I happen to be good at detecting stuff to do with square numbers (writing down lists of square numbers was a hobby of mine when I was younger) so I took a shortcut by writing \sqrt{2009}=\sqrt{2025-16}=\sqrt{45^2-4^2}=\sqrt{(45+4)(45-4)}=\sqrt{(49)(41)}=7\sqrt{41}.

    As 41 is prime we know that \sqrt{41} can't be simplified further so we can deduce that both \sqrt{a} and \sqrt{b} is in the form m\sqrt{41}, n\sqrt{41} respectively, m,n \in \mathbb{N}. Hence m+n=7 which simplifies the problem a lot.

    But I don't know if this is 'cheating' (I,e. missing what the examiner was testing) or not.
    I wouldn't say so. I think you're expected to know your squares and make use of them wherever appropriate in a BMO so that's a valid method.
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    (Original post by Palette)
    But I don't know if this is 'cheating' (I,e. missing what the examiner was testing) or not.
    It isn't. The only other thing you could do is the proof that a and b have to be of the form root(41)*k, but I suspect that isn't even necessary.
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    (Original post by ValerieKR)
    It isn't. The only other thing you could do is the proof that a and b have to be of the form root(41)*k, but I suspect that isn't even necessary.
    what's the alternative way to do that question?
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    (Original post by metrize)
    what's the alternative way to do that question?
    What I said was in he's hand-wavily said that a and b have to have a factor of 41^(2n+1), which is a true thing to say but some of the marks may require that you prove that (although I suspect they won't).

    (As in the proof that ksqrt(a) + msqrt(b) can't equal lsqrt(c) with none of a, b, c being equal.

    I can't think of an alternative way to do it off the top of my head.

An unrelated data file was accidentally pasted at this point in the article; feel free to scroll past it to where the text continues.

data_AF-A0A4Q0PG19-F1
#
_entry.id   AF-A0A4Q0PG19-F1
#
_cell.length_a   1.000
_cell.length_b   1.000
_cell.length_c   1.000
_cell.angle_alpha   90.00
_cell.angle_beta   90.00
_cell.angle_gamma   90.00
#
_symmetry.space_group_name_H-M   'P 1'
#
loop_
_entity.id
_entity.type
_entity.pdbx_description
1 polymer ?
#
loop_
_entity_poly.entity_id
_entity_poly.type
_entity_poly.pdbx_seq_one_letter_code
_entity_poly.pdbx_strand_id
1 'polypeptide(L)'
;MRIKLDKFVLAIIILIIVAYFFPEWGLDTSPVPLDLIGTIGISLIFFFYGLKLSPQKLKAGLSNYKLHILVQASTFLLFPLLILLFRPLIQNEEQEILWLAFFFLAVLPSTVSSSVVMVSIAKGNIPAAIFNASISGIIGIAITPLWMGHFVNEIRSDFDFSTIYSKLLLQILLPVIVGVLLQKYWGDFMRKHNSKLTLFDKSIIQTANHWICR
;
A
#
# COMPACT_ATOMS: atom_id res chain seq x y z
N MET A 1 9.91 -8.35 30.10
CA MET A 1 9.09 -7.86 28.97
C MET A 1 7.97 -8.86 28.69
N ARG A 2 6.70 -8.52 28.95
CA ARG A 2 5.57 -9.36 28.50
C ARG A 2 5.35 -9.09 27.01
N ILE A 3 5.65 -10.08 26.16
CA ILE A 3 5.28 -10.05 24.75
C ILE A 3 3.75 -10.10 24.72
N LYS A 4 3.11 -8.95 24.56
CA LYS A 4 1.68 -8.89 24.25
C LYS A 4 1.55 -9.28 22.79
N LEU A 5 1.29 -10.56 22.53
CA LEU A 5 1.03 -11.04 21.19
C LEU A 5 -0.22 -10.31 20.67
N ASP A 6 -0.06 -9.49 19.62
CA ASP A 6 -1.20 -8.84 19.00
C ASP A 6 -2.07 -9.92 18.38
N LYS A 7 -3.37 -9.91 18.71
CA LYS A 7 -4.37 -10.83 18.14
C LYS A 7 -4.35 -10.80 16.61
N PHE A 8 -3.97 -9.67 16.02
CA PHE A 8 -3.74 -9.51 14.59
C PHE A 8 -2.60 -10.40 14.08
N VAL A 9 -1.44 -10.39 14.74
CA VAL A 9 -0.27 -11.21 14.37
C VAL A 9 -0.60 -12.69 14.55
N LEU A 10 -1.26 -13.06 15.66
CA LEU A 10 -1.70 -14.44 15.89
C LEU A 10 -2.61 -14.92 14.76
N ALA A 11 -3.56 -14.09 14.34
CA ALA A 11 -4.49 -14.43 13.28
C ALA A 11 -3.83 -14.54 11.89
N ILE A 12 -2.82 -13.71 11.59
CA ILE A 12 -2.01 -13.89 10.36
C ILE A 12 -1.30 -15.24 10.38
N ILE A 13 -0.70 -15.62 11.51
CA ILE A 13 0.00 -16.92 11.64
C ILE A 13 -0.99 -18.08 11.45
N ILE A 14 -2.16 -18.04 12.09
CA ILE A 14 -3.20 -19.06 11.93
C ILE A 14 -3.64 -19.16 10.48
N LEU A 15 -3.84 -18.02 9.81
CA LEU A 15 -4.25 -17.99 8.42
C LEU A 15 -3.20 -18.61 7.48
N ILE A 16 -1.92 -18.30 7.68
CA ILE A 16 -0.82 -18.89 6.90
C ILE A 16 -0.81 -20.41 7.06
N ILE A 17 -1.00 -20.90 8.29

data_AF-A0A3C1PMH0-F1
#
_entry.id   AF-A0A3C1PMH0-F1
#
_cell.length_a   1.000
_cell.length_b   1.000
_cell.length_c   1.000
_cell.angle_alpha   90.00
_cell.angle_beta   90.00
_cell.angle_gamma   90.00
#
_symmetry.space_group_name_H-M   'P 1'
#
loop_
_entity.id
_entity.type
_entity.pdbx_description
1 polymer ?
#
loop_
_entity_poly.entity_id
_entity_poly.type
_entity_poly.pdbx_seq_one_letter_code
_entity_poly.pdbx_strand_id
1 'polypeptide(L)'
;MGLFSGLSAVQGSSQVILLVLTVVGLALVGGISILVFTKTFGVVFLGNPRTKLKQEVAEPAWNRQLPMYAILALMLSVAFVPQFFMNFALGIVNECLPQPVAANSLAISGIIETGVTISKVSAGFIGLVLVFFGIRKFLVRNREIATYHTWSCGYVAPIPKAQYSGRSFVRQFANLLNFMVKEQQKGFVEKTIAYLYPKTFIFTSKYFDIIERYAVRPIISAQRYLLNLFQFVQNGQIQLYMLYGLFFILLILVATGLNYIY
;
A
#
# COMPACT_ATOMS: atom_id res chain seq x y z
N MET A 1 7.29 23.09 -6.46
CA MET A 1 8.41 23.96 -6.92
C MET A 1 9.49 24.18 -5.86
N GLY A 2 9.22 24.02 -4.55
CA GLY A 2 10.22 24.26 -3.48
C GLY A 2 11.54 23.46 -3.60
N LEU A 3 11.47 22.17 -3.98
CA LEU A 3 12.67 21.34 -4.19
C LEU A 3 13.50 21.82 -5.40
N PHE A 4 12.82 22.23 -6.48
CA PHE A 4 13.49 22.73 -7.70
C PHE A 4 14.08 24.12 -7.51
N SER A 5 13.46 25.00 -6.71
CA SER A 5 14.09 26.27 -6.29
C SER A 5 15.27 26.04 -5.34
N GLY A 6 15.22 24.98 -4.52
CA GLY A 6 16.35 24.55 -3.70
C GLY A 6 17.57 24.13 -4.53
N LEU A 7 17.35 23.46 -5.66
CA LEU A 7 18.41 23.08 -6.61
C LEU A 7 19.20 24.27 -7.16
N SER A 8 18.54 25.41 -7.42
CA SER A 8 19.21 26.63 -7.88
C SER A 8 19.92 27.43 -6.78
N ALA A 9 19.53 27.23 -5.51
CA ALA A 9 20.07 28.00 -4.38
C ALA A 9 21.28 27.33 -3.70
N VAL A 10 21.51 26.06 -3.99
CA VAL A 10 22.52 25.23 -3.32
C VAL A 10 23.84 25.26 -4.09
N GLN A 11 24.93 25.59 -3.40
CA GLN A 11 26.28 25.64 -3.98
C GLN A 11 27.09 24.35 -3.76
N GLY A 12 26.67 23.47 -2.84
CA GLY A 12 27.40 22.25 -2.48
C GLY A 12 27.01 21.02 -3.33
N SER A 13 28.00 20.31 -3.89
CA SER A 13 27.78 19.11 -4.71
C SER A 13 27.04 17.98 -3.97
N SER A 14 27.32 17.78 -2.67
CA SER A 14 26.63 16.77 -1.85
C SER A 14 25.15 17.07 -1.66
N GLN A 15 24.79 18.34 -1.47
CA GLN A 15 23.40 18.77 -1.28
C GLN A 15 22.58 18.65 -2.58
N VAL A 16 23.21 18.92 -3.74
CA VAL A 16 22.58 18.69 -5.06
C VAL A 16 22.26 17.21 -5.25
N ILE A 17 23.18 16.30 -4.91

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    (Original post by ValerieKR)
    What part of it are you weak at? Making sense of breaking down the recurrence system? If so 15, 17 and 35 of advanced problems in mathematics are good

    http://www.mathshelper.co.uk/110501_...athematics.pdf
    A shame that he took down his website as it was a useful bank of STEP and AEA papers.
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    (Original post by Palette)
    A shame that he took down his website as it was a useful bank of STEP and AEA papers.
    Hi I see you posting quite a bit of these types of questions, are you going to study Maths at uni?
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    (Original post by metrize)
    Hi I see you posting quite a bit of these types of questions, are you going to study Maths at uni?
    I am undergoing mathematical training via solving various questions from different papers so that I can make the transition to maths at university as smooth as possible. Some of the questions are merely a product of my own curiosity.
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    (Original post by Palette)
    I am undergoing mathematical training via solving various questions from different papers so that I can make the transition to maths at university as smooth as possible. Some of the questions are merely a product of my own curiosity.
    Ah cool, what unis you thinking of applying to?
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    (Original post by Palette)
    Liverpool John Moores, Glyndwr, Southampton Solent, London South Bank and Swansea Metropolitan.

    Ok, it's actually Oxford (probably won't get in), Imperial (uncertain), UCL (hopefully yes), Bristol (hopefully yes) and Manchester (ditto).

    P.S. I think Glyndwr has a circumflex accent on top of the w.
    I see, good luck!
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    (Original post by metrize)
    I see, good luck!
    Where are you applying to?
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    (Original post by Palette)
    Where are you applying to?
    Cambridge Bristol Bath Imperial Loughborough for engineering
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    (Original post by metrize)
    Cambridge Bristol Bath Imperial Loughborough for engineering
    Engineering sounds very cut-throat- I believe it's the most competitive course at Cambridge.

    Is it mechanical engineering you're interested in?